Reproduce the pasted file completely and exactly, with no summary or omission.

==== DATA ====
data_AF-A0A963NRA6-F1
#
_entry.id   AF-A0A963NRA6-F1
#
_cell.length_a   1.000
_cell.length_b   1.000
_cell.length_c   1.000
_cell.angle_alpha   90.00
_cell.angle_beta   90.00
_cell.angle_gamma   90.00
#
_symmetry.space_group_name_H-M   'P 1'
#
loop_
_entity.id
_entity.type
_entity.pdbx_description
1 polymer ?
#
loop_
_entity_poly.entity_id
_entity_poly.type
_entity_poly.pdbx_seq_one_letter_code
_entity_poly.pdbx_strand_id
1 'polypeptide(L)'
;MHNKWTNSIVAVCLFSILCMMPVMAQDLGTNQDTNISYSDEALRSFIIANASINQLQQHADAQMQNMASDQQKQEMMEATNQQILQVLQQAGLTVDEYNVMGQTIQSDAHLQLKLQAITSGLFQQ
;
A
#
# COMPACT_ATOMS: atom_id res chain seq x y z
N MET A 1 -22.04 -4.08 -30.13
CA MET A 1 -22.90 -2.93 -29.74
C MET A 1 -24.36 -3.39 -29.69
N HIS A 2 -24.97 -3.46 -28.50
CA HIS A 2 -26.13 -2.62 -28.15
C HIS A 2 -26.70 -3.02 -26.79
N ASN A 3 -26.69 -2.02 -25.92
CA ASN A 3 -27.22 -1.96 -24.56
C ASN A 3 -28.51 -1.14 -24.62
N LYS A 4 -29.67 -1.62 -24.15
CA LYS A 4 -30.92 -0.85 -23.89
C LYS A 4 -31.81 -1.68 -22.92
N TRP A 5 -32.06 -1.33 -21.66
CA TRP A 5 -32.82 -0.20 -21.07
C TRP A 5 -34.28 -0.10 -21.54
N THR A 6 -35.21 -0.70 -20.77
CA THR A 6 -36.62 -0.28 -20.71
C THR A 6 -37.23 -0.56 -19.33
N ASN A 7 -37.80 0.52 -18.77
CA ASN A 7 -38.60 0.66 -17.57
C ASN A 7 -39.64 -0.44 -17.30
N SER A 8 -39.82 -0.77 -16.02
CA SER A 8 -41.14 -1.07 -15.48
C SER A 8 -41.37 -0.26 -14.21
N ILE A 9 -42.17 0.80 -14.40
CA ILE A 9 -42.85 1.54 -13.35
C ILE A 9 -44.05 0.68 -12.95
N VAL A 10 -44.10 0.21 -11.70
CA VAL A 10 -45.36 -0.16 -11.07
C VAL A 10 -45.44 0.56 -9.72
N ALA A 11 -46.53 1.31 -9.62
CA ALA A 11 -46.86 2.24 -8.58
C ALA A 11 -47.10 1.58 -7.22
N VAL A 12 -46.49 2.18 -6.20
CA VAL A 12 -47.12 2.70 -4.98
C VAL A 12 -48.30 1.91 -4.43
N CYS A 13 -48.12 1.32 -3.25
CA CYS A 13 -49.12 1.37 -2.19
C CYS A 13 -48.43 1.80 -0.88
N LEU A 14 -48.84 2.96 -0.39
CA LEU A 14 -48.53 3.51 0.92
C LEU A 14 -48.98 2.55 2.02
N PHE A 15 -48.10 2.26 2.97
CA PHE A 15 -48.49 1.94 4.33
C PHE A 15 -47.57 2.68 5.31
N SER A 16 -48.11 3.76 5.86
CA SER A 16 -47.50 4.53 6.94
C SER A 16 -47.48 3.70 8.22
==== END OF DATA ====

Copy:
data_AF-A0A963NRA6-F1
#
_entry.id   AF-A0A963NRA6-F1
#
_cell.length_a   1.000
_cell.length_b   1.000
_cell.length_c   1.000
_cell.angle_alpha   90.00
_cell.angle_beta   90.00
_cell.angle_gamma   90.00
#
_symmetry.space_group_name_H-M   'P 1'
#
loop_
_entity.id
_entity.type
_entity.pdbx_description
1 polymer ?
#
loop_
_entity_poly.entity_id
_entity_poly.type
_entity_poly.pdbx_seq_one_letter_code
_entity_poly.pdbx_strand_id
1 'polypeptide(L)'
;MHNKWTNSIVAVCLFSILCMMPVMAQDLGTNQDTNISYSDEALRSFIIANASINQLQQHADAQMQNMASDQQKQEMMEATNQQILQVLQQAGLTVDEYNVMGQTIQSDAHLQLKLQAITSGLFQQ
;
A
#
# COMPACT_ATOMS: atom_id res chain seq x y z
N MET A 1 -22.04 -4.08 -30.13
CA MET A 1 -22.90 -2.93 -29.74
C MET A 1 -24.36 -3.39 -29.69
N HIS A 2 -24.97 -3.46 -28.50
CA HIS A 2 -26.13 -2.62 -28.15
C HIS A 2 -26.70 -3.02 -26.79
N ASN A 3 -26.69 -2.02 -25.92
CA ASN A 3 -27.22 -1.96 -24.56
C ASN A 3 -28.51 -1.14 -24.62
N LYS A 4 -29.67 -1.62 -24.15
CA LYS A 4 -30.92 -0.85 -23.89
C LYS A 4 -31.81 -1.68 -22.92
N TRP A 5 -32.06 -1.33 -21.66
CA TRP A 5 -32.82 -0.20 -21.07
C TRP A 5 -34.28 -0.10 -21.54
N THR A 6 -35.21 -0.70 -20.77
CA THR A 6 -36.62 -0.28 -20.71
C THR A 6 -37.23 -0.56 -19.33
N ASN A 7 -37.80 0.52 -18.77
CA ASN A 7 -38.60 0.66 -17.57
C ASN A 7 -39.64 -0.44 -17.30
N SER A 8 -39.82 -0.77 -16.02
CA SER A 8 -41.14 -1.07 -15.48
C SER A 8 -41.37 -0.26 -14.21
N ILE A 9 -42.17 0.80 -14.40
CA ILE A 9 -42.85 1.54 -13.35
C ILE A 9 -44.05 0.68 -12.95
N VAL A 10 -44.10 0.21 -11.70
CA VAL A 10 -45.36 -0.16 -11.07
C VAL A 10 -45.44 0.56 -9.72
N ALA A 11 -46.53 1.31 -9.62
CA ALA A 11 -46.86 2.24 -8.58
C ALA A 11 -47.10 1.58 -7.22
N VAL A 12 -46.49 2.18 -6.20
CA VAL A 12 -47.12 2.70 -4.98
C VAL A 12 -48.30 1.91 -4.43
N CYS A 13 -48.12 1.32 -3.25
CA CYS A 13 -49.12 1.37 -2.19
C CYS A 13 -48.43 1.80 -0.88
N LEU A 14 -48.84 2.96 -0.39
CA LEU A 14 -48.53 3.51 0.92
C LEU A 14 -48.98 2.55 2.02
N PHE A 15 -48.10 2.26 2.97
CA PHE A 15 -48.49 1.94 4.33
C PHE A 15 -47.57 2.68 5.31
N SER A 16 -48.11 3.76 5.86
CA SER A 16 -47.50 4.53 6.94
C SER A 16 -47.48 3.70 8.22